Why is tackling spelling important for a child with Dyslexia? 

It would seem to be much more important to be able to read and write than to be concerned about how words are accurately spelt

It is more important to be able to read because without the skill of reading the whole world becomes closed off. It is also good for someone to be able to quickly express themselves in words without being inhibited by the fear of spelling words incorrectly.

It is easy now for a dyslexic person to hide their problems when so much is now done with computers and other digital devices which have spell checkers. There are times, of course, when computers etc. cannot be used and information has to be put in writing. Unfortunately, however, whenever an idea is put into writing we are revealing a lot about ourselves to others, and it is the reaction of others which often causes a problem.

 

What does poor spelling reveal about a person?

In the first instance unless it is known that a person is dyslexic, they will be judged on many levels. It will indicate that they may not have read much in their life because the more someone reads the more words are seen and stored in the memory. If someone is deemed as not being ‘well read’ this can suggest that they may not have had a very good education. A piece of work poorly spelled may imply that this person doesn’t care much about how they present themselves to the world in their written work. All of these observations are negative judgements which are being made about a person.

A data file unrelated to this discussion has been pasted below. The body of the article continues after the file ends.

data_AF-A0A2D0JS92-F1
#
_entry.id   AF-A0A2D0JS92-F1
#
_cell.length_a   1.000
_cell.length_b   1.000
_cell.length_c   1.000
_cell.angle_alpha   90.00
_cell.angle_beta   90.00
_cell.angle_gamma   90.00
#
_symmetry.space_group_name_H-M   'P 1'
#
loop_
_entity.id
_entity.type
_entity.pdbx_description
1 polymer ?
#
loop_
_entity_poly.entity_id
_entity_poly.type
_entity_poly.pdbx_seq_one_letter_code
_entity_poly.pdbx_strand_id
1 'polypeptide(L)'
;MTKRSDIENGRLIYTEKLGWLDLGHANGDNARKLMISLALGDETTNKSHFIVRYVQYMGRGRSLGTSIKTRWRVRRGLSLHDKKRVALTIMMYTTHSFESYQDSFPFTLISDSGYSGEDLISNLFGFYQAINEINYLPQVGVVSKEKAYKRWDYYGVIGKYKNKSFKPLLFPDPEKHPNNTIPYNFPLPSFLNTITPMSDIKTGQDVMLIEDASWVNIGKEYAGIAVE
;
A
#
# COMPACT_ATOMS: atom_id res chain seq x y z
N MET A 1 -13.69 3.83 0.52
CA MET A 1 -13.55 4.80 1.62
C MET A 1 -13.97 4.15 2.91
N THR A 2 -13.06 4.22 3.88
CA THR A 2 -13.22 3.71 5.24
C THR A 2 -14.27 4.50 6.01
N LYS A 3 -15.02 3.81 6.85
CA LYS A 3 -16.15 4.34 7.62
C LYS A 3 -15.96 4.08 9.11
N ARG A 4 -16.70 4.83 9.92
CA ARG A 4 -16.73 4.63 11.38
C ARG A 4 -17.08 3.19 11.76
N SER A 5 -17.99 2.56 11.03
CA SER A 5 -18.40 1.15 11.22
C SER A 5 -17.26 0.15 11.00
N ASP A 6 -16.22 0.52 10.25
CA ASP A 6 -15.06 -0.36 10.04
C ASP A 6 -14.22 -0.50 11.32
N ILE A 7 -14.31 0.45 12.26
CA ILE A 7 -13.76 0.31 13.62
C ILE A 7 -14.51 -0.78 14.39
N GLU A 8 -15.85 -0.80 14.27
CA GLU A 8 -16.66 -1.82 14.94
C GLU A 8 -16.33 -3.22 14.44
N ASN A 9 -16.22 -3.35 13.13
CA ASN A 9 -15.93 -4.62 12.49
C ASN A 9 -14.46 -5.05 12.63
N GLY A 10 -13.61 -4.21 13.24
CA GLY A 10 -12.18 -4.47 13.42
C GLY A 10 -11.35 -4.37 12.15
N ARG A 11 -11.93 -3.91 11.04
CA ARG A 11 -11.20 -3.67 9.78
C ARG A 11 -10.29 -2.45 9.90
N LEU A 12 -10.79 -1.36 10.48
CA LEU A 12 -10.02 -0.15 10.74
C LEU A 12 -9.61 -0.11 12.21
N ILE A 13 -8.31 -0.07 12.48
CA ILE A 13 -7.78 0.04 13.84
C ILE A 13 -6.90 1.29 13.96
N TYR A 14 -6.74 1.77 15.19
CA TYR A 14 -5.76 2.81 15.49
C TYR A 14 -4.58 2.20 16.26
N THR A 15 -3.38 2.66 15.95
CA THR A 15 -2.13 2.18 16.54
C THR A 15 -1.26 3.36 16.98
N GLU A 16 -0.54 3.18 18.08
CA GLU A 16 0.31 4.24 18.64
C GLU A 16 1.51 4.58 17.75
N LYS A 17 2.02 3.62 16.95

What effect does poor spelling have on the reader?

Remember that this is a situation where a dyslexic person is being judged in ignorance of this fact. Quite typically dyslexic spellings can be very bizarre. The errors may not bear any resemblance to the actual words in question. Also, as well as having spelling weaknesses, their handwriting skills are often poor as well. Anyone reading their written work is very quickly going to lose patience and become frustrated. If this person is going to be assessing what they are reading, then these negative emotions are going to result in a downgraded assessment.

Poor exam results are likely to have a knock-on effect with regards to securing a job. If an employer is inundated with applicants when advertising a post, it is unlikely that a poorly spelled, badly written application would get very far. So once more the dyslexic person would lose out.

It does sometimes happen that spelling errors are ignored, and the person known to be dyslexic is then judged on their strengths and not their weaknesses. Sadly this doesn’t happen as often as it should.

Spelling has an impact throughout our lives, supporting improvements in spellings can have a knock-on positive lifelong impact. 

Help for dyslexia- a system for improving spelling and reading

In this video Chris Blance walks you through her methods and how they work to help children improve their reading and spelling skills. 

A fun and interactive way of learning. 

 

Useful learning resources

Spelling Success – Homophones is a dictionary of 237 homophone words using the initial word mnemonic chant method.

Each word has its own unique unique chant and cartoon illustration. The chants not only help with the spelling of these confusing words but they also give clues as to the meaning of them as well.